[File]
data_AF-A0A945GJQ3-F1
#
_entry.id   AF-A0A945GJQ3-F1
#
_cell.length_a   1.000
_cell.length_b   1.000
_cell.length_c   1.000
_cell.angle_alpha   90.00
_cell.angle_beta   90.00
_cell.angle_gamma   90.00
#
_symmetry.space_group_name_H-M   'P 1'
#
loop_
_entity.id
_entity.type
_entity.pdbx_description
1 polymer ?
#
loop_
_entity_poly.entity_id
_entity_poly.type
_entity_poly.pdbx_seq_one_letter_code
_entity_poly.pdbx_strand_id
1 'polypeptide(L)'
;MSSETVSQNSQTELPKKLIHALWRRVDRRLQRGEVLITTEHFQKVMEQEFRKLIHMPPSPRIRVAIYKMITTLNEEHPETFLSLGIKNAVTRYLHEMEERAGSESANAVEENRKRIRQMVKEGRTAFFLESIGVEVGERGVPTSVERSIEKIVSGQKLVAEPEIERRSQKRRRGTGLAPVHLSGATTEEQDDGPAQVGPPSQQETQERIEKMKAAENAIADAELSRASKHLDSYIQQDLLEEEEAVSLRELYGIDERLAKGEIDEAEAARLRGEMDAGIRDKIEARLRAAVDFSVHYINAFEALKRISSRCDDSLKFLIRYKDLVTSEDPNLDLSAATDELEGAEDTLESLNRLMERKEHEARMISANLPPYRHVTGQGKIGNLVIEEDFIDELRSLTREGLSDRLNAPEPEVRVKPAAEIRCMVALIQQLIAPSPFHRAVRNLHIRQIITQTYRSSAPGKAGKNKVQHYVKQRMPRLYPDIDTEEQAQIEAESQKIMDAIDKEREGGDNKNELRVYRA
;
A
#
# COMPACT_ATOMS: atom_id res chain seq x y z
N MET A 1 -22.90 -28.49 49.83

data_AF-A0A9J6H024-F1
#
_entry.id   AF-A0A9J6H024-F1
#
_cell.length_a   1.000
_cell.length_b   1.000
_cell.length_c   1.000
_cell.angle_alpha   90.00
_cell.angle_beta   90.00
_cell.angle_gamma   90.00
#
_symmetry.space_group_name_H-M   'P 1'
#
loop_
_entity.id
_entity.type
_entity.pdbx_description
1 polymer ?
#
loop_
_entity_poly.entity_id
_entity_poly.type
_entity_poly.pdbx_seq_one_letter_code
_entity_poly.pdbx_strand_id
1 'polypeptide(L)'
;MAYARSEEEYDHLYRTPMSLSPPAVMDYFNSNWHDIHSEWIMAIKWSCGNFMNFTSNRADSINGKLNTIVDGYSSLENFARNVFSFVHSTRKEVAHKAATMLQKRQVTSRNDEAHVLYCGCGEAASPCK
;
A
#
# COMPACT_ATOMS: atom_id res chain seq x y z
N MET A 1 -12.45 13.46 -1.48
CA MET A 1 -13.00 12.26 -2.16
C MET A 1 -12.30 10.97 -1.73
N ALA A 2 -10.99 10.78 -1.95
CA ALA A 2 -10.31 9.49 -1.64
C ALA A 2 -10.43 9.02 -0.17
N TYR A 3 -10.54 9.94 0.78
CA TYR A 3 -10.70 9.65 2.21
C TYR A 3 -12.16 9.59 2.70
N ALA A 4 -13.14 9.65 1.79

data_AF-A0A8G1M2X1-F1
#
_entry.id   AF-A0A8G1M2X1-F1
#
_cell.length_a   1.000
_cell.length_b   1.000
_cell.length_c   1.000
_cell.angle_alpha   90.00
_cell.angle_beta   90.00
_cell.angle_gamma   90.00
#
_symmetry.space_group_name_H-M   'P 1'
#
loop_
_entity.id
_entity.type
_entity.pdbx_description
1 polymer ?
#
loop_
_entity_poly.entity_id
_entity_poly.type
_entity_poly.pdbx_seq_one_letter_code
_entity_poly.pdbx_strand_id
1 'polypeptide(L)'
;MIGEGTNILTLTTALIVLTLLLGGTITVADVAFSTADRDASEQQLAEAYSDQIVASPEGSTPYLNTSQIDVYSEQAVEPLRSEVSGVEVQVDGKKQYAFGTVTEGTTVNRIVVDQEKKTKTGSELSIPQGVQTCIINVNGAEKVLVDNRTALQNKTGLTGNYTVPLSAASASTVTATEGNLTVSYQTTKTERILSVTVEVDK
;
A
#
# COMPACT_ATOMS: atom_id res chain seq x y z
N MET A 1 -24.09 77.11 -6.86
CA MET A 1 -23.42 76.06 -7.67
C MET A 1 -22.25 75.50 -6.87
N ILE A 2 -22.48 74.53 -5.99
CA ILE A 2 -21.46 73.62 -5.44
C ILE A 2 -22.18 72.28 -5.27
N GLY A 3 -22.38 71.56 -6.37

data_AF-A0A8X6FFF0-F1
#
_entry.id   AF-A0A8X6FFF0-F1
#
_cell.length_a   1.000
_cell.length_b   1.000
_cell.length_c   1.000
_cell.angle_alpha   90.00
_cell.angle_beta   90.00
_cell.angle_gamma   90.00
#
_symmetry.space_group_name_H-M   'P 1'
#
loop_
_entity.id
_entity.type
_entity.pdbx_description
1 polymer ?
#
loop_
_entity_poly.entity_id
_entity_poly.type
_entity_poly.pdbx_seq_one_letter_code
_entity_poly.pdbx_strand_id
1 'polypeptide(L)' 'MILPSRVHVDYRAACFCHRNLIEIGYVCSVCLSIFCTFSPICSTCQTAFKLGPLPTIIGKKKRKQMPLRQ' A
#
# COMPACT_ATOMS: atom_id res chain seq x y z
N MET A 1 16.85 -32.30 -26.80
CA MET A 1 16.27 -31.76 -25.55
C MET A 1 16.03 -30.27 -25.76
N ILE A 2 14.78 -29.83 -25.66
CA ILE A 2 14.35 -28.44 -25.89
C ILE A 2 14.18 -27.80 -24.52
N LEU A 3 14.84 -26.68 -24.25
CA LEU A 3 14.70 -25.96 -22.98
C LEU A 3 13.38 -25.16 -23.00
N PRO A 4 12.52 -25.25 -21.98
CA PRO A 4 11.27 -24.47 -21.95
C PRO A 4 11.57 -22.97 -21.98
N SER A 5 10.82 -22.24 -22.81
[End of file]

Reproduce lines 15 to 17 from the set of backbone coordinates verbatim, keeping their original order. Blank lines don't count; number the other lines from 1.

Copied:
_entity.id
_entity.type
_entity.pdbx_description